Another TVA Ash Spill

For Christmas, rather than Clean Coal carolers, too many in Tennessee were serenaded with evacuation notices and concerns about drinking water due to the massive Kingston ash pond rupture.
This post was published on the now-closed HuffPost Contributor platform. Contributors control their own work and posted freely to our site. If you need to flag this entry as abusive, send us an email.

Amid all the hullaboo about Clean Coal, most focus on the issue of CO2 emissions. In fact, there is a partial truth about sort-of less dirty coal, ever-improving filtering of particulates is creating ever more fly ash. And, that fly ash either needs to be used (concrete, gypsum board, etc) or simply stored indefinitely. A prime storage option: Ash Ponds.

For Christmas, rather than Clean Coal carolers, too many in Tennessee were serenaded with evacuation notices and concerns about drinking water due to the massive Tennessee Valley Authority Kingston ash pond rupture.

Earlier today, another TVA ash pond (Alabama) has reported a "leak" which has already had materials flow into Widows Creek.

TVA is investigating a leak from a gypsum pond at its Widows Creek coal-burning power plant in northeastern Alabama, a spokesman said at about 10:45 a.m. Central Time.

The leak, discovered before 6 a.m. has been stopped, according to John Moulton, with the Tennessee Valley Authority.

Now, this site stores more ash than Kingston. According to TVA reporting, which has not proved accurate in multiple instances, this leak is stopped. Let's hope that Mr Moulton has his facts right.

"Some materials flowed into Widows Creek, although most of the leakage remained in the settling pond," he said

Really wonder what "some" means, don't you?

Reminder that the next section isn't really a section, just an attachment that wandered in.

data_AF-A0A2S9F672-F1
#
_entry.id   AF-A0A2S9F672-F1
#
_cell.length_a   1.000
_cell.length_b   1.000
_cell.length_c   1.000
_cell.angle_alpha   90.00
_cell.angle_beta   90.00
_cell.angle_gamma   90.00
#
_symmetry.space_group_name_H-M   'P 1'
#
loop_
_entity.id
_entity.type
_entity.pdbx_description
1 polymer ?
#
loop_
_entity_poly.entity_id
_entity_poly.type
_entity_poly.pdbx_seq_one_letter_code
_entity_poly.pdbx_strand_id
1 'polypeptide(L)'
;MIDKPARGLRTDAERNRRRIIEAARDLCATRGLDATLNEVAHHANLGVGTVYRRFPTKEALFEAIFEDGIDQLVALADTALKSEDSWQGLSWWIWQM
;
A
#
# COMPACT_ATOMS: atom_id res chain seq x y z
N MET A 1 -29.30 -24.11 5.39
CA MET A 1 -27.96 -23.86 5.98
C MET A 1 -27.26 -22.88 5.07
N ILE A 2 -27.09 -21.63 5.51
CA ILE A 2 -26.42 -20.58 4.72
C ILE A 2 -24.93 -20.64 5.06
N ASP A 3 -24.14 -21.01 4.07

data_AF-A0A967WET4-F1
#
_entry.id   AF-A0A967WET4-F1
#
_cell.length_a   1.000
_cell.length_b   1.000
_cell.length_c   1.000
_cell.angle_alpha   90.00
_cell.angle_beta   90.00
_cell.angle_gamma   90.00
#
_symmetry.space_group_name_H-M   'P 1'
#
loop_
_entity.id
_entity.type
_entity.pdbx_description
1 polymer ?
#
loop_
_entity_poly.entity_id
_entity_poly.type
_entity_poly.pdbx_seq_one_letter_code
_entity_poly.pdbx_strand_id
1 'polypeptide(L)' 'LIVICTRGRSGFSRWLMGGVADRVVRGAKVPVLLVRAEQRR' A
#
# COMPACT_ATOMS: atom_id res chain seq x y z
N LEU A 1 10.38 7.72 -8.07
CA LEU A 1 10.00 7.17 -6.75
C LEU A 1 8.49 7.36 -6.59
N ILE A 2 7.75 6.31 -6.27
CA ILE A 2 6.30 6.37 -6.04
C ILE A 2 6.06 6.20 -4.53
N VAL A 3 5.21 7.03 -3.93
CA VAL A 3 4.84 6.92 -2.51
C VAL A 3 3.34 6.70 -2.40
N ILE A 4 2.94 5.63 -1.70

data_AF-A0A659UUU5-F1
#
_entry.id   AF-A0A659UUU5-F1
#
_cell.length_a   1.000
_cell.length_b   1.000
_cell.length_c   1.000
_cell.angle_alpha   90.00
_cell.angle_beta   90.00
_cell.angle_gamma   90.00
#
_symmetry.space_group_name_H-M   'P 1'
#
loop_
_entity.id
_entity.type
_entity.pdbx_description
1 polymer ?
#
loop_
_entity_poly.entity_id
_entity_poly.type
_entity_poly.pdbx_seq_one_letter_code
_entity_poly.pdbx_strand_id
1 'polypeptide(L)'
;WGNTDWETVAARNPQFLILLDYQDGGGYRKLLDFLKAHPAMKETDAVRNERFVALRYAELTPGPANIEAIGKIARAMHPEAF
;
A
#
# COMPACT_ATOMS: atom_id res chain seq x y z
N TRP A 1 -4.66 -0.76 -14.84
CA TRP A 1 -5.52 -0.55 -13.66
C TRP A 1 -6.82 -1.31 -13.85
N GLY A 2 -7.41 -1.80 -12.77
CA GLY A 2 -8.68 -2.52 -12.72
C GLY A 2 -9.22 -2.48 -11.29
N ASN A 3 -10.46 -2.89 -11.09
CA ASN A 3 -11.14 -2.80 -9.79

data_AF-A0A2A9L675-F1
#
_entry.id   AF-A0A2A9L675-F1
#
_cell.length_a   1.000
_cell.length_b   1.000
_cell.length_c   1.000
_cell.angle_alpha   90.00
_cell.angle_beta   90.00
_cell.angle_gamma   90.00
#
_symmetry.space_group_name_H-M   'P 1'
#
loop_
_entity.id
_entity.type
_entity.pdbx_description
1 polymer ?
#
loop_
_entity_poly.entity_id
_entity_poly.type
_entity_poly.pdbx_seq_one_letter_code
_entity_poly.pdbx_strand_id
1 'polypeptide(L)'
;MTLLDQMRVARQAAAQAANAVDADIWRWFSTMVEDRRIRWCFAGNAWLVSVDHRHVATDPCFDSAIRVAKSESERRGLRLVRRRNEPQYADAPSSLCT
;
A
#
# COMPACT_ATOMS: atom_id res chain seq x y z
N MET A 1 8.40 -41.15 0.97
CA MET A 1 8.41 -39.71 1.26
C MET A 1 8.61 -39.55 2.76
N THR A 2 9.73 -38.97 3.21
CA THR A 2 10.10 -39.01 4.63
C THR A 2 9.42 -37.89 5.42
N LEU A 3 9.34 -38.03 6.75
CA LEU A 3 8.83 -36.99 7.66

The Widows Creek Fossil Plant is located on Guntersville Reservoir on the Tennessee River. It has eight coal-fired units and was completed in 1965. The plant consumes about 10,000 tons of coal a day. The ash from that coal was in the pond that broke there.

Consider this for a moment: these are units going on 44 years old, belching out emissions and building up ash day after day, year after year. A simple question: How much longer can we afford to let this go on?

There are major efforts to stop new coal-fired plants. But, it is time to start working on sending these plants to a well-merited and much-needed early retirement program as soon as feasibly possible.

The irony

This occurred amid Senate EPW hearings, yesterday and today, on the Kingtston spill. From Senator Boxer's opening statement yesterday

I would like to begin today's hearing by acknowledging and welcoming some of the people who live in the area devastated by the coal ash spill in Tennessee. I spoke with them yesterday, and heard how this disaster forever changed their lives. They are farmers, ranchers, nurses, and parents ... The beautiful place where they lived was instantly transformed by a wall of ash, water and debris. They are anxious about the spill's potential effects on health, especially to children, and to their livelihoods.

While their's is a sad predicament, the risk is not isolated to this one isolated, out-of-sight, out-of-mind community

For the holidays ...

While the coal industry peddled this for Christmas:

As for "no pollutants to see," this is what they delivered:

Over 130 million tons of coal combustion waste is produced in the U.S. every year. This is the equivalent of a train of boxcars stretching from Washington, D.C. to Melbourne, Australia.

A 2007 US EPA report found 67 ash impoundments or landfills in 23 states that had caused or were suspected of causing contamination, including to ground or surface waters. EPA knew of dozens of other sites but lacked sufficient information to single out the cause.

This is a big (both in quanity and in terms of 'quality' (importance)) challenge. And, this is yet another way we are poisoning ourselves with our coal-addiction.

Some related items of interest


Barack Obama should go see the "True Face of Coal" and visit the areas affected by the Kingston release of more than one billion gallons of toxic ash sludge.

Popular in the Community


What's Hot